Tribe, Ranchers Say Proposed Lithium Mine in Wikieup Will ‘Ruin’ Their Water [Dispatches from Thacker Pass]

This article originally appeared on the Protect Thacker Pass Blog.

Featured image: Photo of Damon Clarke, chairman of the Hualapai Tribe by Josh Kelety


Thacker Pass gets a mention in this article in the Phoenix New Times about another proposed lithium mine in Arizona, one that would use the same sulfuric acid leaching process that the Thacker Pass lithium mine would use. It’s also yet another mine threatening the water and land of indigenous people.

“The brewing tension surrounding the project in Wikieup represents a broader fight over lithium mining that is taking place in other states. Increasing use of electric cars and renewable energy has caused demand for lithium to soar, with projections for even more needed in the near future. But some observers are raising red flags, like in Wikieup, about the potential harmful environmental impacts of lithium mines.”

In this case the mining company is Hawkstone Mining, another foreign mining company (Australian, like Jindalee, the mining company that wants to mine lithium just across the OR border from Thacker Pass).

As members of the Hualapai Tribe noted, the mining would disturb their cultural sites (just like the Thacker Pass mine would disturb the cultural sites of the Paiute Shoshone people), and could use up or contaminate ground water in a state in the middle of extraordinary drought.

“There is no water in the state of Arizona. Everyone is fighting for water. Here, in this area, it’s arid and there’s not a lot of water. Whatever water there is here has already been taken by farming and ranching. To allow a big industry to come in that’s going to use tons of water and ruin our water system … then it’s a big problem. This place can’t support something that uses a lot of water, whether it’s lithium or not. We’re all in support of changing our consumption of fossil fuels. But at the cost of the environment just to get that for more cellphones and whatever else, it’s a problem.”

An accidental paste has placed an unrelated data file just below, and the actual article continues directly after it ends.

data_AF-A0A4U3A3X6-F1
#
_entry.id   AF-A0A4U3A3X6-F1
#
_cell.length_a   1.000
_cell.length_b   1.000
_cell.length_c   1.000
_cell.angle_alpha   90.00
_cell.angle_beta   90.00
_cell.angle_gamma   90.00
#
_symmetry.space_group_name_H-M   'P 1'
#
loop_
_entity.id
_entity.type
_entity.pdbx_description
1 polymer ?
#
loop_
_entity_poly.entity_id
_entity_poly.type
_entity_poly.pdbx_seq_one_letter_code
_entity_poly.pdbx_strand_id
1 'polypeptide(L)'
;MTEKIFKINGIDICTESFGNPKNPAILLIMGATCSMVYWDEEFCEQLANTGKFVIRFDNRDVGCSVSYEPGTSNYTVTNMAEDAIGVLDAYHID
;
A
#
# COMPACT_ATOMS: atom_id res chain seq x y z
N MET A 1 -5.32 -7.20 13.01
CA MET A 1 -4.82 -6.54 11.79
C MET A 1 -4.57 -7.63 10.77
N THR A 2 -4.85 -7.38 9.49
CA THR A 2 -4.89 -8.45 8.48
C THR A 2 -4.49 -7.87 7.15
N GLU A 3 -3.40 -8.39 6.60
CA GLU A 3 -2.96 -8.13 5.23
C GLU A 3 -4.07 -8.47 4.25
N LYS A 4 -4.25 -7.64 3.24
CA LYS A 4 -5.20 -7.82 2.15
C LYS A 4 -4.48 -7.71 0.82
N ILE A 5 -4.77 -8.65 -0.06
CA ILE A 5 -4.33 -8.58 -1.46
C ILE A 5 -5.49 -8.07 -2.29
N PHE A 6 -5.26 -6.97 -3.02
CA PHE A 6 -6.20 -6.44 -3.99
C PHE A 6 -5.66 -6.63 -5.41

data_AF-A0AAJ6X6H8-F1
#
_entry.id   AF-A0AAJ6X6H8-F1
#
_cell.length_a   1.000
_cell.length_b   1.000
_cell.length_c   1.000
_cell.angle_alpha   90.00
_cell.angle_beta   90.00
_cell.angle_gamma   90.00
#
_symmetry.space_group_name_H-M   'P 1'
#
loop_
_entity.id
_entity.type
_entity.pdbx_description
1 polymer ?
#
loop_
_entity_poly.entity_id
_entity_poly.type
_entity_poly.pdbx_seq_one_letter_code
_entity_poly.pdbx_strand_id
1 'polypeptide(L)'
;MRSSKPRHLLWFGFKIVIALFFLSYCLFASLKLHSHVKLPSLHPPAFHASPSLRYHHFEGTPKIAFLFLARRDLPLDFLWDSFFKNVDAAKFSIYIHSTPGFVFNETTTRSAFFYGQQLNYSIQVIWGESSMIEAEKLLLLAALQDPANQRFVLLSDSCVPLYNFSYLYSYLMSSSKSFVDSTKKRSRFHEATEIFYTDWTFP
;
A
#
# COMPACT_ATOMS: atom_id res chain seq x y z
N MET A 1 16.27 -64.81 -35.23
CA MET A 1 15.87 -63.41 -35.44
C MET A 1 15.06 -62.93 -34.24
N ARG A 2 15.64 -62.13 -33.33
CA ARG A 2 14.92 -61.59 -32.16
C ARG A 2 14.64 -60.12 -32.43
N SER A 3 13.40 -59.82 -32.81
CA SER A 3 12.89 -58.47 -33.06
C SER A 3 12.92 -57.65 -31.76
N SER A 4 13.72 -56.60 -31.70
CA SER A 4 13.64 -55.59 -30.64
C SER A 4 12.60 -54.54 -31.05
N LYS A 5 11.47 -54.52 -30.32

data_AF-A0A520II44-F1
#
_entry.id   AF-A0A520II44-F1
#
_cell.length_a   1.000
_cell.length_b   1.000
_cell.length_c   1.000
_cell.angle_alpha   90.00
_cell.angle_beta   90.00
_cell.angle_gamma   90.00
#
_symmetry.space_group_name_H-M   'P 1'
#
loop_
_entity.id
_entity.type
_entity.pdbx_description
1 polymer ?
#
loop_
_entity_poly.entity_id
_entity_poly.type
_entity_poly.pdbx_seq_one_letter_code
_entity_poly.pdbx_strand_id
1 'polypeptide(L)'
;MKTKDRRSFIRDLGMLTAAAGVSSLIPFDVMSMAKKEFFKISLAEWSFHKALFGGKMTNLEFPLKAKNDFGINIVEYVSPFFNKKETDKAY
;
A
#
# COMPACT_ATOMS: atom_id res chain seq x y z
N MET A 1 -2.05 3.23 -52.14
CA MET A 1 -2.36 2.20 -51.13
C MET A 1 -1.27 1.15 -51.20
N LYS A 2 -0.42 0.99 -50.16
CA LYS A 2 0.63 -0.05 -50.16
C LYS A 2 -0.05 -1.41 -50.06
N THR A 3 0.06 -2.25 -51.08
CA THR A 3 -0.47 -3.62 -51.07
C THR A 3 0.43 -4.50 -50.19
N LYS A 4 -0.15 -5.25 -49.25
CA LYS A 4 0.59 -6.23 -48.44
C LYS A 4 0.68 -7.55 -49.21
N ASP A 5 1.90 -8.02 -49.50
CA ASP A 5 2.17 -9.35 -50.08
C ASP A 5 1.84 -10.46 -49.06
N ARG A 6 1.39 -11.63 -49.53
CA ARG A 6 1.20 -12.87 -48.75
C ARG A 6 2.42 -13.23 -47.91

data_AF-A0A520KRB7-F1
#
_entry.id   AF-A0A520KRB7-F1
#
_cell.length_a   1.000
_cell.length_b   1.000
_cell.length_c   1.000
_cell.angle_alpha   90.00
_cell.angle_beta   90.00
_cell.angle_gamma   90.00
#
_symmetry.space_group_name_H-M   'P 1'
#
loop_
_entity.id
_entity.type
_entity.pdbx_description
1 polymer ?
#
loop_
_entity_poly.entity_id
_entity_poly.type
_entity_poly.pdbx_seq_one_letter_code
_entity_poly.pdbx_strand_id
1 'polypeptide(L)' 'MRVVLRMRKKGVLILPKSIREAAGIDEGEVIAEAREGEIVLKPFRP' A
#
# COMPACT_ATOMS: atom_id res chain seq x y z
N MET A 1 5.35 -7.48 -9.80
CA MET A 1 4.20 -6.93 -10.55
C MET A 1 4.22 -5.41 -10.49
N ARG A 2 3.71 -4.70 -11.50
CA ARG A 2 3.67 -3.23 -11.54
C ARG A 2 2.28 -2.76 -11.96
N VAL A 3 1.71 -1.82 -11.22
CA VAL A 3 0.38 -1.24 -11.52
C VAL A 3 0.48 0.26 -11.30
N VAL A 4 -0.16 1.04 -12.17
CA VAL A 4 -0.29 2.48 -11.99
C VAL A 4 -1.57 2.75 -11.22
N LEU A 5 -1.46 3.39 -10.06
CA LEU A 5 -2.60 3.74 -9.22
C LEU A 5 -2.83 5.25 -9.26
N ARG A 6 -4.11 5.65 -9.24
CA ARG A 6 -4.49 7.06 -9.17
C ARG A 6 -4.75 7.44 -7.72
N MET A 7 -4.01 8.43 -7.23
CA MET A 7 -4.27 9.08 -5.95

— Hualapai Tribe Councilmember Richard Powskey

Peehee mm’huh / Thacker Pass is a special, unique and wonderful place. AND our effort at Thacker Pass is representative of a growing struggle throughout the American West as mining companies ramp up to meet projected lithium demand for EV batteries and energy storage and an ever-increasing number of devices.

As we said when we began this fight: this is just the beginning. We take a stand at Peehee mm’huh for all the land and water that may otherwise be stolen for lithium for cars and gadgets and technology that we do not “need” to live well on this beautiful Earth.

Join us to #ProtectThackerPass and all the other lands under threat from mining.

For more on the Protect Thacker Pass campaign

#ProtectThackerPass #NativeLivesMatter #NativeLandsMatter

3 thoughts on “Tribe, Ranchers Say Proposed Lithium Mine in Wikieup Will ‘Ruin’ Their Water [Dispatches from Thacker Pass]”

  1. Why are ranchers mentioned in the headline? They’re not mentioned in the article, but even more important, they’re part of the problem. DGR shouldn’t be promoting one great harm (ranching) in order to stop another great harm (mining). Nothing in the western U.S. has caused as much environmental and ecological harm as ranching, and I really wish DGR would recognize this and start writing about it.

    1. Cattle grazing on Thacker Pass will do less damage than a strip-mine on that land. I have been there, the cattle are on the land now and the place is still beautiful. If this lithium mine goes in, it will cause irreparable damage to this sacred land. Defend the Sacred. Help Atsa koodakuh wyh Nuwu protect Peehee mu’huh!

      1. That’s totally false about the land being in good shape with cattle on it. Grazing has done so much damage because cattle are everywhere, not necessarily because it’s the worst harm per se. I agree that a mine can do a lot more damage than cattle depending on the mine, but you obviously don’t know or understand the great harm that cattle do to arid land if you make statements like the one you made. I suggest reading Sacred Cows at the Public Trough by George Wuerthner (who has posted articles here) if you truly want to understand this issue.

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